A good rule of thumb is to group all Abrahamic faiths in the same box. The Sufi might look good in comparison to worse, but that doesn’t change the danger they possess. Trying to find a similar counterpart in Christendom that holds a degree of mysticism* would be the Evangelicals. Those who promote the gifts of the spirit— Speaking in tongues, laying on of hands, intercessory prayer, casting out demons, divine healing, “relationship not religion”,and blah blah, blah. I think ultimately it should understood that their values have been predetermined for them in ancient times. And although they might not advocate stoning rebellious children, or killing homosexuals or oppressing women, the God that they believe in does. That fact cannot be overcome no matter how reasonable they appear, or how much they try to distance themselves from the roots of their beliefs.

    * a tricky word where faith is concerned…can’t pin it down. I see it very close the mystery of the Shekinah Glory…and it means..I’m right, you’re wrong, that settles it!

  9. moonbat  •  Aug 12, 2010 @2:01 pm

    Swami, the Christian analog to the Sufis are the Gnostics, not the Evangelicals. The Evangelicals often exhibit many “gifts of the spirit”, but they are very dogmatic, and as you say, these gifts are predetermined in ancient times. Mysticism by contrast is very here and now, and doesn’t have a lot of use for dogmatic boxes – it has a way of blowing them apart.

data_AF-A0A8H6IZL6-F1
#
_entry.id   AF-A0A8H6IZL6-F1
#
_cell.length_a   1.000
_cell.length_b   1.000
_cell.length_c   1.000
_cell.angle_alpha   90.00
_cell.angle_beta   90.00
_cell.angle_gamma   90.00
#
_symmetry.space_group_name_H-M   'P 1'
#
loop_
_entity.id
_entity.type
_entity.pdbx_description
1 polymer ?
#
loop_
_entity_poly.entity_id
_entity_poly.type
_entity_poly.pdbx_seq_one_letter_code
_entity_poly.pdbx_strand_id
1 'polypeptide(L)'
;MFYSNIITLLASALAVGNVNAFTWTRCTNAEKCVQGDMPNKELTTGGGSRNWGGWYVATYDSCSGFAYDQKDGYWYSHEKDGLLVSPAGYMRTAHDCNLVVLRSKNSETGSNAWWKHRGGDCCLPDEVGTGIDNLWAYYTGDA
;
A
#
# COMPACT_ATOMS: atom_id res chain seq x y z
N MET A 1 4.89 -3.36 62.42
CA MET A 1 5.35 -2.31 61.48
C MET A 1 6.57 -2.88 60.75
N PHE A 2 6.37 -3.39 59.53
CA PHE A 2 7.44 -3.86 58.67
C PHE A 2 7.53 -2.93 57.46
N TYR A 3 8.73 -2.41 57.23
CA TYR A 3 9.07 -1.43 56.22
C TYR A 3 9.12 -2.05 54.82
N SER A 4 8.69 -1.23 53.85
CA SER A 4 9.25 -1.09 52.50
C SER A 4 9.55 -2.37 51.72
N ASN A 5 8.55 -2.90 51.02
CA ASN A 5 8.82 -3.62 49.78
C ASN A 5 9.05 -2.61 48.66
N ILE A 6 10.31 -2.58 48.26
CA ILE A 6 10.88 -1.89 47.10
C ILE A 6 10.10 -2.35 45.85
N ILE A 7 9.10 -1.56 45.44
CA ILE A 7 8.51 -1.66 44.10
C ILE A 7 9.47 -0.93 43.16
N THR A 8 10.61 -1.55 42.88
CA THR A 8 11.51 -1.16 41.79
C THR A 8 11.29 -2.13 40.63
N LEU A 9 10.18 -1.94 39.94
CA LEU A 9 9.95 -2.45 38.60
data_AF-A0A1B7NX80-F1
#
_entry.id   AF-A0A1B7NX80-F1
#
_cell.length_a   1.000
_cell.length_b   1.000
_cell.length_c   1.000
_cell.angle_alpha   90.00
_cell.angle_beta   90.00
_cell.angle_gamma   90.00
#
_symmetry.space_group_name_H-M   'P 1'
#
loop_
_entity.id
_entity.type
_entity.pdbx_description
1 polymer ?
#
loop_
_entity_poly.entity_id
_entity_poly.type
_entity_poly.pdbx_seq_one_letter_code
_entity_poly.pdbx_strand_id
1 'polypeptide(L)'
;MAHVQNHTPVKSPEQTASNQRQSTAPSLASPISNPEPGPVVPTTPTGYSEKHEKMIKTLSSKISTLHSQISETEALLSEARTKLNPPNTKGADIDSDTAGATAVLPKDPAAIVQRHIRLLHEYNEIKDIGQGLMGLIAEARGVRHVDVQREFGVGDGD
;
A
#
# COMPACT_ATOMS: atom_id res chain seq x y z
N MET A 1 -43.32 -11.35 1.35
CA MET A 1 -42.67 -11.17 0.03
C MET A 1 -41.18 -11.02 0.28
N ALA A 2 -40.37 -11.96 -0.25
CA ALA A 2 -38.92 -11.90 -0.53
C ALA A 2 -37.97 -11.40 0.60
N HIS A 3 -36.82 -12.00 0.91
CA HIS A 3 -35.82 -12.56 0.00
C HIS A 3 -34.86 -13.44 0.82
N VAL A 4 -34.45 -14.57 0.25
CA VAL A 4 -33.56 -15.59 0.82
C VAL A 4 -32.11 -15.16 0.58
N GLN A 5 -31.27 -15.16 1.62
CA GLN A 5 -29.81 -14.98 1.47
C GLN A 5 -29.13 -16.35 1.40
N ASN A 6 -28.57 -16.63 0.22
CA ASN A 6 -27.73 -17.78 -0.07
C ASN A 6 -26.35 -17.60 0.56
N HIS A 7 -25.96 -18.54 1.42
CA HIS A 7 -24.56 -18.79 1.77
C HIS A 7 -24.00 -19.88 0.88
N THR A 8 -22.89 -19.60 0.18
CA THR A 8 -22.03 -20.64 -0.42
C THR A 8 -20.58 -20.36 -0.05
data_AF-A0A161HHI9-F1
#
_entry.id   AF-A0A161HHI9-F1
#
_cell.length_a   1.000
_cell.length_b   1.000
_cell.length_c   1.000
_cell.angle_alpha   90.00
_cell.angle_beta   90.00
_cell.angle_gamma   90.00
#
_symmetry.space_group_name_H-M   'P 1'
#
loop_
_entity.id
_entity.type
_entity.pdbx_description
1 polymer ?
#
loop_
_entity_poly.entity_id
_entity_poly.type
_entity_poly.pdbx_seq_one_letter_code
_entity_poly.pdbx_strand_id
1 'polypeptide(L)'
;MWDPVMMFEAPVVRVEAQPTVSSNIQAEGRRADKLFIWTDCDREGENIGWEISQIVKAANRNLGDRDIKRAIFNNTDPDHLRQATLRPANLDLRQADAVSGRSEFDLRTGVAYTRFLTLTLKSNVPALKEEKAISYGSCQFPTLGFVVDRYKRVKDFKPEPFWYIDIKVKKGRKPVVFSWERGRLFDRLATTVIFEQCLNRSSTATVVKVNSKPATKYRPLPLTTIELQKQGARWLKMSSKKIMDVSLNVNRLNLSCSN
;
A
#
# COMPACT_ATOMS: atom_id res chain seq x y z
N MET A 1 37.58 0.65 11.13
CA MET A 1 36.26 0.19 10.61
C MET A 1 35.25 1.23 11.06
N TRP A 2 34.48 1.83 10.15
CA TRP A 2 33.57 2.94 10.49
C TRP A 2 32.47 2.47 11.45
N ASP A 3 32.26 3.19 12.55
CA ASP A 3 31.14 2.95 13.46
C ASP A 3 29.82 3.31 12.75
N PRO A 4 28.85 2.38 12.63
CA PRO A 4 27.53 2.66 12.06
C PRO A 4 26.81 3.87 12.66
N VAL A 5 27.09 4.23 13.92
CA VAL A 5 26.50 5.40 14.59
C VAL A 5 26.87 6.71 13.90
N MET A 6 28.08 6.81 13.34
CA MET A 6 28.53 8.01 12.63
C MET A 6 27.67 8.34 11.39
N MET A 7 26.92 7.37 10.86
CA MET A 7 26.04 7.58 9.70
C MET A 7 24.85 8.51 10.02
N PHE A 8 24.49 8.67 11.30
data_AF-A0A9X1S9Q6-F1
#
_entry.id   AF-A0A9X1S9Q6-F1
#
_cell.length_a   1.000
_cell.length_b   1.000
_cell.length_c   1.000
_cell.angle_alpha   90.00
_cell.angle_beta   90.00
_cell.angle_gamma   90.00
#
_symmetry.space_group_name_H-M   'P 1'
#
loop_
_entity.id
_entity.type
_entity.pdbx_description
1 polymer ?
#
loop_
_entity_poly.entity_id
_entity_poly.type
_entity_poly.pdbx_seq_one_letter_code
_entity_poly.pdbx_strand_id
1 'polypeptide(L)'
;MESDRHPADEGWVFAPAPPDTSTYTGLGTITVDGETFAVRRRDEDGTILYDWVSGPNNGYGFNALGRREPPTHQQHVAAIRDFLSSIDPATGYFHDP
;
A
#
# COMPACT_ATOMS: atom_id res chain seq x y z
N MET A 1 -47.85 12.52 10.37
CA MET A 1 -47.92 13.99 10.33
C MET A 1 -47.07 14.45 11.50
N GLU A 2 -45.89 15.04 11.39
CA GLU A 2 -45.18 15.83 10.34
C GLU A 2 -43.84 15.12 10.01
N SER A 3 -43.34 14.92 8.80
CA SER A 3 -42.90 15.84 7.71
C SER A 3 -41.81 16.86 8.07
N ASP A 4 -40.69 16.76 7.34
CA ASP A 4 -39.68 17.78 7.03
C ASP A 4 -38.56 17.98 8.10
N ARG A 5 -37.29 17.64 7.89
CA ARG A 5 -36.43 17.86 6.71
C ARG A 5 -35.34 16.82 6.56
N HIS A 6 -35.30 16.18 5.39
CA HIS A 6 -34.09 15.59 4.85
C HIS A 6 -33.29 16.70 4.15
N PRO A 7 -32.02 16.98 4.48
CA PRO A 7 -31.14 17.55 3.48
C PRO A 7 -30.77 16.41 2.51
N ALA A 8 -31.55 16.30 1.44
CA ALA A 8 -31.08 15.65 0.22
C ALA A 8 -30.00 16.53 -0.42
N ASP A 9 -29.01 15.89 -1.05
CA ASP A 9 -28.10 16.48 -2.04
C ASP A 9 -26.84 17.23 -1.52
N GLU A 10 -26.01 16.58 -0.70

10. vjbinct  •  Aug 12, 2010 @3:08 pm

    The Sufis I know are all West African, mostly from Senegal and Guinea. They are the Hasidim of Islam. Youssou N’Dour has a nice song about the revered holy man of their sect, the imam Bamba. These muslims pray in the direction of the holy city of Touba in Senegal, where he taught.

    http://www.youtube.com/watch?v=7CLT2VN5fQ4

    Years ago I had the uncanny experience of having a group of African Muslims put down their prayer rugs in front of my Christmas tree, after we determined the direction of Touba. Made me proud to be an American, actually.